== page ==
The key aim of the Transition Year Programme is to provide for a strong focus on personal development, collaborative and experiential learning, learning in the community and work experience. The programme is also designed to enable students to experience a wide range of educational inputs, and sample subjects which have not been taken at lower second level. It is a maturing process and a chance to engage in group work, project work and self directed learning.

Schools are free to devise a flexible modular programme within an overall framework set out by my Department. The cost therefore of the programme is dependent upon the particular circumstances in any individual school.

My Department provides specific teaching resources and additional grant aid to schools that offer transition year.

Question No. 218 answered with Question No. 197.

Brendan Smith

Question:

219 Deputy Brendan Smith asked the Minister for Education and Skills if he will indicate the level of resources which would normally be provided by him to a new post primary school for the purposes of establishing its first transition year programme; if he will indicate the best practice guidelines that are available to schools in relation to transition year including class and group sizes, admissions, policy admission appeals, programme content and so on; and if he will make a statement on the matter. [16690/12]

Brendan Smith

Question:

220 Deputy Brendan Smith asked the Minister for Education and Skills if he will indicate the resources, if any, sought by a school (details supplied) for the establishment of a transition year programme for the 2012/2013 academic year; and if he will make a statement on the matter. [16691/12]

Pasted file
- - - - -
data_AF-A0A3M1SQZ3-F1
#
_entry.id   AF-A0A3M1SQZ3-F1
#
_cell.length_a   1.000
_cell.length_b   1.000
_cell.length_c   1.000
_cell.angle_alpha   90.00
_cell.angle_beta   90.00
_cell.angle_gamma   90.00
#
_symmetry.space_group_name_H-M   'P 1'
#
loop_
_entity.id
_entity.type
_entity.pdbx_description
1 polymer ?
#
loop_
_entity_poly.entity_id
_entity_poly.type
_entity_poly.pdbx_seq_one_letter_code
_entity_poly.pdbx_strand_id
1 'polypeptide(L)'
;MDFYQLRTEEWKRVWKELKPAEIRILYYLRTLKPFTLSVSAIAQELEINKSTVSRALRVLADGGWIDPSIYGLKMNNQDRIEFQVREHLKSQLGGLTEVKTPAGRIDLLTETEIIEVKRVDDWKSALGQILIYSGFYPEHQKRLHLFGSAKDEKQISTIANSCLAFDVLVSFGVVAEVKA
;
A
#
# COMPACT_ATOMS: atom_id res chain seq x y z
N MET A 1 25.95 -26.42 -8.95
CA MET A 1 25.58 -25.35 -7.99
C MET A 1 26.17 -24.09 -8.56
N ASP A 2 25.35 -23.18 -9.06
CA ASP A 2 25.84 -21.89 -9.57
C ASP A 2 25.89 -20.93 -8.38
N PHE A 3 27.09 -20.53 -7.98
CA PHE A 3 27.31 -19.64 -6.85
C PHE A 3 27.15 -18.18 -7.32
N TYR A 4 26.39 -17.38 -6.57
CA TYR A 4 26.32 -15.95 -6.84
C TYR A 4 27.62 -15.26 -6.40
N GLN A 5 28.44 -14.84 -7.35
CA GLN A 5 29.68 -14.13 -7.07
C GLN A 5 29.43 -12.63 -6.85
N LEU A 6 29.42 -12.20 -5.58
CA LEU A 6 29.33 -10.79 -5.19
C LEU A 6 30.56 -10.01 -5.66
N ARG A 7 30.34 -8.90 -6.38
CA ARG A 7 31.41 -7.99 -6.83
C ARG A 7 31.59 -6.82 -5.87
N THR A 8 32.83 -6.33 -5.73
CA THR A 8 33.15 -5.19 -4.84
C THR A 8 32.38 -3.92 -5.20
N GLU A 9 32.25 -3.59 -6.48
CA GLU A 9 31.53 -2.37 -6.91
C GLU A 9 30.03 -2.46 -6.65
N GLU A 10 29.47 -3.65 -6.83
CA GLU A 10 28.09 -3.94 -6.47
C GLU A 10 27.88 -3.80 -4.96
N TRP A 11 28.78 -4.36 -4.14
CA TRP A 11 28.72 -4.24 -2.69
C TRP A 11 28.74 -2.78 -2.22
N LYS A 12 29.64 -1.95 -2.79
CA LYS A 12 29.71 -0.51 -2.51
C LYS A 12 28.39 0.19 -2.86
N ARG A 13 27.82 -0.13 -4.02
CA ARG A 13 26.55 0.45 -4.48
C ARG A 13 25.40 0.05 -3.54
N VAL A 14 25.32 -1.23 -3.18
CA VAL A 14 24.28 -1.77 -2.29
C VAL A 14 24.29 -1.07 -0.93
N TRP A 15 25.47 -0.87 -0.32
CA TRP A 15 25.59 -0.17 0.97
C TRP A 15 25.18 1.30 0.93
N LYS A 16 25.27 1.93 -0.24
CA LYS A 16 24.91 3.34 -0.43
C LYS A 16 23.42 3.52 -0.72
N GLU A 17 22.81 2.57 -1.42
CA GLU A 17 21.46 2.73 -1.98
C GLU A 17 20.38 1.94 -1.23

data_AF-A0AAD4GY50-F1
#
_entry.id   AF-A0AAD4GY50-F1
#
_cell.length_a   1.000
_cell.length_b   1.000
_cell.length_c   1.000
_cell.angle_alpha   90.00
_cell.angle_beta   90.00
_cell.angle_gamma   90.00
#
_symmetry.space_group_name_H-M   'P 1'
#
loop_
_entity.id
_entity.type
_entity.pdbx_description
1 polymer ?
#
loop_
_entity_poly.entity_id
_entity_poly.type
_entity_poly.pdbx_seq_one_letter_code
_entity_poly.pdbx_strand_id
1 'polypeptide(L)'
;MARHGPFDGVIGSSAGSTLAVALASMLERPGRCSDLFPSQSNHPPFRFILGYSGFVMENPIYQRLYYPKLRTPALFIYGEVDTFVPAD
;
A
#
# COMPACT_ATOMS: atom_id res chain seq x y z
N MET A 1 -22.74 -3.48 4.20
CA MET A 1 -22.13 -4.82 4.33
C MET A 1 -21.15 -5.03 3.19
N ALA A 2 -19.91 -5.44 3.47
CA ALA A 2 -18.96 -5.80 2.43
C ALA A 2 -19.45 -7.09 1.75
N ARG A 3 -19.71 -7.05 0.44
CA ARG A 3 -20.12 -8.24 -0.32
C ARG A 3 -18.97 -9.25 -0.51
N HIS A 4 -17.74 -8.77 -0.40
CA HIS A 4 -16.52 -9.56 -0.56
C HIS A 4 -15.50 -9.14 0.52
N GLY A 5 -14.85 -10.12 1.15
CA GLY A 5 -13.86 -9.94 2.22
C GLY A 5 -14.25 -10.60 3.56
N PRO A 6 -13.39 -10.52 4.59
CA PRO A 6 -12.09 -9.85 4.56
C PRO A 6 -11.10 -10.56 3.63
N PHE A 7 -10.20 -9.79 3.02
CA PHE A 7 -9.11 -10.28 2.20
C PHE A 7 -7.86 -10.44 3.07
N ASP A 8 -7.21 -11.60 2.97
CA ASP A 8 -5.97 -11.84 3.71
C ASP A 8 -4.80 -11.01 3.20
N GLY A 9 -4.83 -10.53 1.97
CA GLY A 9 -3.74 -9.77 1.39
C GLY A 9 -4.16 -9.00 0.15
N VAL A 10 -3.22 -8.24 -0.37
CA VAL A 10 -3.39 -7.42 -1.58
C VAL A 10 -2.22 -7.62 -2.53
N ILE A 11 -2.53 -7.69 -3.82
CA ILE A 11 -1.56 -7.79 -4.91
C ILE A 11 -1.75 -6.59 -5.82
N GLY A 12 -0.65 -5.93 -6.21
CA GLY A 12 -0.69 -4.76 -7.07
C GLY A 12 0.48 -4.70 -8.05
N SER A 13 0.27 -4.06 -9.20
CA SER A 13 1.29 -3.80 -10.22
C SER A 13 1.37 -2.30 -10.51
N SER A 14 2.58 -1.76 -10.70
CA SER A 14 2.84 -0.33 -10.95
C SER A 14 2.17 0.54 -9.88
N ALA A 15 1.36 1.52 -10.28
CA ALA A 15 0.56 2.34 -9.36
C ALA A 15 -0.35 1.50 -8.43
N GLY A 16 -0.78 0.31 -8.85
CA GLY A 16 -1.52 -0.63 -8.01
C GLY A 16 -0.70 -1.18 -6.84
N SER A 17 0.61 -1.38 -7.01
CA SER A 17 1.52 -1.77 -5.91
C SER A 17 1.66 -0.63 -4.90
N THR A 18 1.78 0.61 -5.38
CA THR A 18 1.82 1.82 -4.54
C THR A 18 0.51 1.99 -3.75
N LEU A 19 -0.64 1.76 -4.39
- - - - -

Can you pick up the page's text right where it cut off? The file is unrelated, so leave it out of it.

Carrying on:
I propose to take Questions Nos 219 and 220 together.

The Transition Year (TY) is a one-year programme that forms the first year of a three-year senior cycle. It is designed to act as a bridge between the Junior Certificate and Leaving Certificate programmes. It is available to all second level schools.

Each school designs its own Transition Year programme to suit the needs and interests of its students. A Transition Year Programmes document is published on my Department's website and provides overarching guidelines on the Transition Year.

The management authority of each school carries responsibility for making decisions regarding the Transition Year Programme in that school. In some schools, the programme is compulsory for all students. In those that offer it as an option, circumstances may arise where it is necessary to limit the number of students who can avail of it.

It is the board of management of each individual school that decides the number of places available to students on programmes such as Transition Year. In cases where restrictions apply, schools should have clear procedures regarding how places are allocated to students.

My Department has recently published Circular 0009/2012 setting out the staffing arrangements for post-primary schools for the 2012/13 school year. A proportion of posts allocated to post-primary schools are determined on the basis of ratios of recognised pupils to teachers for the various approved programmes including Transition Year. The pupil teacher ratio (PTR) applicable in respect of Transition Year pupils is equal to the PTR applicable in respect of pupils enrolled in programmes such as the Junior Certificate, Leaving Certificate, Leaving Certificate Applied and Leaving Certificate Vocational (LCVP) programmes.